Literally and figuratively, fitness saves lives. That was the unifying theme in the speeches from this year’s IDEA award winners at the IDEA World Convention on July 14, 2016. The Personal Trainer of the Year, Fitness Instructor of the Year, and Fitness Inspiration Award Recipient all echoed that, for them, it is more than just a way of life but a way to save lives, including their own.
Personal trainer of the year Carol Michaels, MBA, CEO of Carol Michaels Fitness and the owner and founder of Recovery Fitness started focusing part of her business on cancer survivors over 20 years ago. These patients were told to go home and rest after surgery and chemo, but that led to greater fatigue. So she developed the Recovery program to help cancer survivors get back to the lives they had pre-diagnosis, improving the quality of their lives.
From Michaels’ description, Recovery Fitness provides a safe space for cancer survivors to build strength. One client’s testimonial, which Michaels read to the audience, summed it up beautifully: being active allowed her to regain her confidence and feel good about herself, and work on the challenges that came with depleted energy and limited mobility after surgery. Additionally, Michaels provided a place where her compromised immune system was safe, something that isn’t typical of traditional gyms.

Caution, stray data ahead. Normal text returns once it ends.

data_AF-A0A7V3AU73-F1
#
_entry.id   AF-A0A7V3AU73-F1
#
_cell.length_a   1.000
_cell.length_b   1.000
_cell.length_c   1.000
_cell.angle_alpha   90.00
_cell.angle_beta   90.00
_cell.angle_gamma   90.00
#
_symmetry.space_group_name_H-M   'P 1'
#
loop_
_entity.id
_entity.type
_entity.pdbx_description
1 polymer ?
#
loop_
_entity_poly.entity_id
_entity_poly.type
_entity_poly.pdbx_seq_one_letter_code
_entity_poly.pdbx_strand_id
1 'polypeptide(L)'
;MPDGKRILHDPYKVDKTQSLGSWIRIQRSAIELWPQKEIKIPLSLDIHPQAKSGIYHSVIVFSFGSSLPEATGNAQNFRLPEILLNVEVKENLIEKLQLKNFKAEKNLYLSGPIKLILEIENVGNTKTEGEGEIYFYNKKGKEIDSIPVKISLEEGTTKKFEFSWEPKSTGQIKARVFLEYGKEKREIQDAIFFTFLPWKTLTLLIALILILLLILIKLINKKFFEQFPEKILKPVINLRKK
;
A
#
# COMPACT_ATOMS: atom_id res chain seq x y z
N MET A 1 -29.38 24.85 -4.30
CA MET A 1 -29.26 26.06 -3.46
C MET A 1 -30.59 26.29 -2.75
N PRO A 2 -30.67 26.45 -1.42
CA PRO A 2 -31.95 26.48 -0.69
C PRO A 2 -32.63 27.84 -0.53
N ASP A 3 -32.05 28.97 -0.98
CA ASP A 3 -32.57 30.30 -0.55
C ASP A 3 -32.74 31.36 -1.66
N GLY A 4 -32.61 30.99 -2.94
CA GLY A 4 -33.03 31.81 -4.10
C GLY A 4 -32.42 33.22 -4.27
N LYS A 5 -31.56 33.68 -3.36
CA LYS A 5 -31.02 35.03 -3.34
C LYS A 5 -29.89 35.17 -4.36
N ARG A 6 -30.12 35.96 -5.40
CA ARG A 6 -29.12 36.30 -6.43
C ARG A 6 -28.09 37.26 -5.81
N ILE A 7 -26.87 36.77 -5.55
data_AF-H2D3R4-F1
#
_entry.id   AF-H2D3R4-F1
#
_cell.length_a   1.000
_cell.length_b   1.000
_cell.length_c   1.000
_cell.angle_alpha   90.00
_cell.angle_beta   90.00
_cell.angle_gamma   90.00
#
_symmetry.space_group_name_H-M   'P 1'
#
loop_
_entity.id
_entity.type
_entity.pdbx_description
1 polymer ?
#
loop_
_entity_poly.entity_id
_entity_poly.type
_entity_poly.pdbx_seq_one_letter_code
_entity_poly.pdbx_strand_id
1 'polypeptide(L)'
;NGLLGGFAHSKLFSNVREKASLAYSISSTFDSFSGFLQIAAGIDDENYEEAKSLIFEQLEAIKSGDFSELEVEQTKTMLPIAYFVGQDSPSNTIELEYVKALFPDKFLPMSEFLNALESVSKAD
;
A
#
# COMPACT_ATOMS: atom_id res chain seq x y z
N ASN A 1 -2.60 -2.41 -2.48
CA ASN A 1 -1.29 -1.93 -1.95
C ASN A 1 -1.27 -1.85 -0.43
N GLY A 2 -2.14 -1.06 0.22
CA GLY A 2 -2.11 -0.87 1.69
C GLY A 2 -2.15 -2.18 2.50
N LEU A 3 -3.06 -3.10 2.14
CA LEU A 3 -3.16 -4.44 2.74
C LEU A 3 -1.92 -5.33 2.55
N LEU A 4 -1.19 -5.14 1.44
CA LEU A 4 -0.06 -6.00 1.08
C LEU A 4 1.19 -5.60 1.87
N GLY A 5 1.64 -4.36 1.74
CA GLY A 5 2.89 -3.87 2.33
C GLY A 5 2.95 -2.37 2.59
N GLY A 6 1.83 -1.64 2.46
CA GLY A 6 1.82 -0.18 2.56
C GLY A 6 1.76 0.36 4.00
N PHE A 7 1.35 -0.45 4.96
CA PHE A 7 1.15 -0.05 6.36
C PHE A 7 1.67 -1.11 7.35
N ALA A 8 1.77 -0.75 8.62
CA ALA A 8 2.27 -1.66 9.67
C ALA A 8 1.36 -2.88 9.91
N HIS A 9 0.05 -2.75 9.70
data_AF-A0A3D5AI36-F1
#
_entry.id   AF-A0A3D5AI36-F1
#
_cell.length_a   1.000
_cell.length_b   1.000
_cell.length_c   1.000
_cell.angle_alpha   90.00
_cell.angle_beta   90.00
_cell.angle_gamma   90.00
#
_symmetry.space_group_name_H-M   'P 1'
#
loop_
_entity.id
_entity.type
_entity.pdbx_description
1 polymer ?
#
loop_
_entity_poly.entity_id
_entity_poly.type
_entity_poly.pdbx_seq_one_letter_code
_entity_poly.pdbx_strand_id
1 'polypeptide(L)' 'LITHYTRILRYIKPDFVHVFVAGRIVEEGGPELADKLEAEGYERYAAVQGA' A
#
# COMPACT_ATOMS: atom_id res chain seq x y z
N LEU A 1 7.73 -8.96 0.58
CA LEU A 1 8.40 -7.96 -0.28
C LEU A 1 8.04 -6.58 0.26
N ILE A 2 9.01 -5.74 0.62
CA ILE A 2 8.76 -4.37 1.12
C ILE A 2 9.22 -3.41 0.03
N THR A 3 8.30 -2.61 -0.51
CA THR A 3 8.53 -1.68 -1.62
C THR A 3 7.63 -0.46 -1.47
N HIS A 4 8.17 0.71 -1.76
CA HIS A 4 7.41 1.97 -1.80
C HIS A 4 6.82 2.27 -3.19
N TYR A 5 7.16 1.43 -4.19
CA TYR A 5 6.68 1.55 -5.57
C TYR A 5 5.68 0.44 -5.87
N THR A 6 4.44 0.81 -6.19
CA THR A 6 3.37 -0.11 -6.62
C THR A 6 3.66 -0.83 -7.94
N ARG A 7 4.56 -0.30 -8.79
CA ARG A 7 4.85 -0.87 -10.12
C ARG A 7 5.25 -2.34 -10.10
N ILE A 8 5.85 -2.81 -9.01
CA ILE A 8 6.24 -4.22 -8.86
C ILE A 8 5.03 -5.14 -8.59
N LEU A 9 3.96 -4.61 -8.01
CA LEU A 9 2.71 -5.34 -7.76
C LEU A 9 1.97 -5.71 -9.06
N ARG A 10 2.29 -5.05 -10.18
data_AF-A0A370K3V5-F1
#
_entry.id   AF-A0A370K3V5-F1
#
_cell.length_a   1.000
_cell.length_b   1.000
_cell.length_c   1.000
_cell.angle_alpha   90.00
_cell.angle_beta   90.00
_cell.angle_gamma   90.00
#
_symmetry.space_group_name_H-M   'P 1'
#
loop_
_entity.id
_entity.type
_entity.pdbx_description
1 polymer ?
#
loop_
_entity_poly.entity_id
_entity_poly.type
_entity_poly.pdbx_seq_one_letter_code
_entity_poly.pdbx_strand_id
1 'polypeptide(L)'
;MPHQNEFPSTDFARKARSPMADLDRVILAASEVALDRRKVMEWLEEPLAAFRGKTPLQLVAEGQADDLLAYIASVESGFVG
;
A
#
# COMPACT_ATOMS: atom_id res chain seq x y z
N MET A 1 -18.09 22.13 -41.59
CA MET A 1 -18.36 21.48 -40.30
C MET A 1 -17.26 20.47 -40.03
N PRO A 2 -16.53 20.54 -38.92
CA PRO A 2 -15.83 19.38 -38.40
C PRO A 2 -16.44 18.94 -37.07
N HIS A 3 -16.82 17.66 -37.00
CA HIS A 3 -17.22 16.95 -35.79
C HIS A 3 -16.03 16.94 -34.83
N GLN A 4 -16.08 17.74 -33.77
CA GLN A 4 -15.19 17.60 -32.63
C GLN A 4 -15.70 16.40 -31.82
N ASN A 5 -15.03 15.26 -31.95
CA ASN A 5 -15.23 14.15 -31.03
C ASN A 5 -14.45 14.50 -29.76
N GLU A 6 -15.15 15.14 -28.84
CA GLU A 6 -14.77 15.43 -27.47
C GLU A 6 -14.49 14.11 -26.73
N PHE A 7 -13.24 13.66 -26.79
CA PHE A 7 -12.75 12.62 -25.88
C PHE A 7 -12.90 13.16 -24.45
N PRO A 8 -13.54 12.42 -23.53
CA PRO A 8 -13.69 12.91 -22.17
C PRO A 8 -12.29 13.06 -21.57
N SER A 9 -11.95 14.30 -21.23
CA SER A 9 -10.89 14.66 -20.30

Fitness Instructor of the Year Sgt. Kenneth Weichert, co-owner and tactical director of START Fitness and master resilience trainer for the Tennessee Army National Guard was struggling with PTSD when he returned from Iraq over a decade ago. His wife took him to a fitness conference, and it helped him turn his stress into strength. “You showed me how to focus on post-traumatic growth,” he said. He was able to build a boot camp business with over 3,000 certified instructors, all from the inspiration he got from the conference and from a mentor.
Fitness: A Life Saving Tool
The most inspirational story came from Fitness Inspiration Award Recipient Amy Van Dyken-Rouen. A former Olympic gold medalist swimmer, Van Dyken-Rouen’s life was turned upside down on June 6, 2014, when she was in a horrific ATV accident that nearly severed her spine. “I believe I survived because I had so much muscle mass, my spine couldn’t cut through to my aorta,” she said.
Her doctor, before her seven hour spinal repair surgery, told her to say goodbye to her husband. But Van Dyken-Rouen pulled through, and her physical fitness helped her heal faster. With the same determination she applied to swimming, a triathlon, and figure competitions, she went to rehab and gained her independence faster than people who didn’t stay fit and work out. Now, she sees it as an escape. She gets to the gym and gives it her best with every workout, and her goal is to do another figure competition.
“Fitness is everything,” she said. “Once you have it in your life, you can’t live without it.”